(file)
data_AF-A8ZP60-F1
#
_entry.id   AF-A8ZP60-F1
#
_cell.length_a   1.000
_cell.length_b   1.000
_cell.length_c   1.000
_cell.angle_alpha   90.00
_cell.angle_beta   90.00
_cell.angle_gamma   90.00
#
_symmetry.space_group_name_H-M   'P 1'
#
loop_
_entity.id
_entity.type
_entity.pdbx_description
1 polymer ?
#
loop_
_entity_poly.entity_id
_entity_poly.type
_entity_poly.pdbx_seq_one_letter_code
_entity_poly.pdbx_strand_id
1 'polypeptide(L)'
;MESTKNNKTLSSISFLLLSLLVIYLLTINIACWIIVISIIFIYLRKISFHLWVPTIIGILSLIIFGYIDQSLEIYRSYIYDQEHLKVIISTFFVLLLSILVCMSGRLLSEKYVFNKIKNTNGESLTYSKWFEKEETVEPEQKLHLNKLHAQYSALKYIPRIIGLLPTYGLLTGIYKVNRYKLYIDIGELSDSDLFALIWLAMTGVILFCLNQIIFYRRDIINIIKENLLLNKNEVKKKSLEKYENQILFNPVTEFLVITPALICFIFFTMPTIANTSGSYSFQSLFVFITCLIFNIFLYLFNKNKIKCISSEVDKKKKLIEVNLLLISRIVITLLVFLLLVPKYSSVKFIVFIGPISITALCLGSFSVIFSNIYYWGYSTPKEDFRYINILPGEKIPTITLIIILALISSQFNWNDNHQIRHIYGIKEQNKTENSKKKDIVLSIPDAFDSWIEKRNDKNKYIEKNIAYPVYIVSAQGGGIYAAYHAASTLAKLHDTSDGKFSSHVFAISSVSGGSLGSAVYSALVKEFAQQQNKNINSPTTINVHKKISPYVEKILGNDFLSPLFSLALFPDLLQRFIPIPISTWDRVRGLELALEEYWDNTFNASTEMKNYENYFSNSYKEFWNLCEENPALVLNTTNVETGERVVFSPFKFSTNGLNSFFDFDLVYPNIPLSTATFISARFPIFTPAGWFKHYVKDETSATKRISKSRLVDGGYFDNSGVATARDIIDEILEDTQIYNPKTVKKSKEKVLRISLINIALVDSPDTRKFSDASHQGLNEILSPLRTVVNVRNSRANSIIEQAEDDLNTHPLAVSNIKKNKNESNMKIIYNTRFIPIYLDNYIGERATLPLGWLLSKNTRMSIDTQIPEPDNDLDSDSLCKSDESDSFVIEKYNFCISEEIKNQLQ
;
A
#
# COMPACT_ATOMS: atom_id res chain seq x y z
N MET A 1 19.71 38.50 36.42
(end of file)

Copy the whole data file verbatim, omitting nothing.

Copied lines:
data_AF-A8ZP60-F1
#
_entry.id   AF-A8ZP60-F1
#
_cell.length_a   1.000
_cell.length_b   1.000
_cell.length_c   1.000
_cell.angle_alpha   90.00
_cell.angle_beta   90.00
_cell.angle_gamma   90.00
#
_symmetry.space_group_name_H-M   'P 1'
#
loop_
_entity.id
_entity.type
_entity.pdbx_description
1 polymer ?
#
loop_
_entity_poly.entity_id
_entity_poly.type
_entity_poly.pdbx_seq_one_letter_code
_entity_poly.pdbx_strand_id
1 'polypeptide(L)'
;MESTKNNKTLSSISFLLLSLLVIYLLTINIACWIIVISIIFIYLRKISFHLWVPTIIGILSLIIFGYIDQSLEIYRSYIYDQEHLKVIISTFFVLLLSILVCMSGRLLSEKYVFNKIKNTNGESLTYSKWFEKEETVEPEQKLHLNKLHAQYSALKYIPRIIGLLPTYGLLTGIYKVNRYKLYIDIGELSDSDLFALIWLAMTGVILFCLNQIIFYRRDIINIIKENLLLNKNEVKKKSLEKYENQILFNPVTEFLVITPALICFIFFTMPTIANTSGSYSFQSLFVFITCLIFNIFLYLFNKNKIKCISSEVDKKKKLIEVNLLLISRIVITLLVFLLLVPKYSSVKFIVFIGPISITALCLGSFSVIFSNIYYWGYSTPKEDFRYINILPGEKIPTITLIIILALISSQFNWNDNHQIRHIYGIKEQNKTENSKKKDIVLSIPDAFDSWIEKRNDKNKYIEKNIAYPVYIVSAQGGGIYAAYHAASTLAKLHDTSDGKFSSHVFAISSVSGGSLGSAVYSALVKEFAQQQNKNINSPTTINVHKKISPYVEKILGNDFLSPLFSLALFPDLLQRFIPIPISTWDRVRGLELALEEYWDNTFNASTEMKNYENYFSNSYKEFWNLCEENPALVLNTTNVETGERVVFSPFKFSTNGLNSFFDFDLVYPNIPLSTATFISARFPIFTPAGWFKHYVKDETSATKRISKSRLVDGGYFDNSGVATARDIIDEILEDTQIYNPKTVKKSKEKVLRISLINIALVDSPDTRKFSDASHQGLNEILSPLRTVVNVRNSRANSIIEQAEDDLNTHPLAVSNIKKNKNESNMKIIYNTRFIPIYLDNYIGERATLPLGWLLSKNTRMSIDTQIPEPDNDLDSDSLCKSDESDSFVIEKYNFCISEEIKNQLQ
;
A
#
# COMPACT_ATOMS: atom_id res chain seq x y z
N MET A 1 19.71 38.50 36.42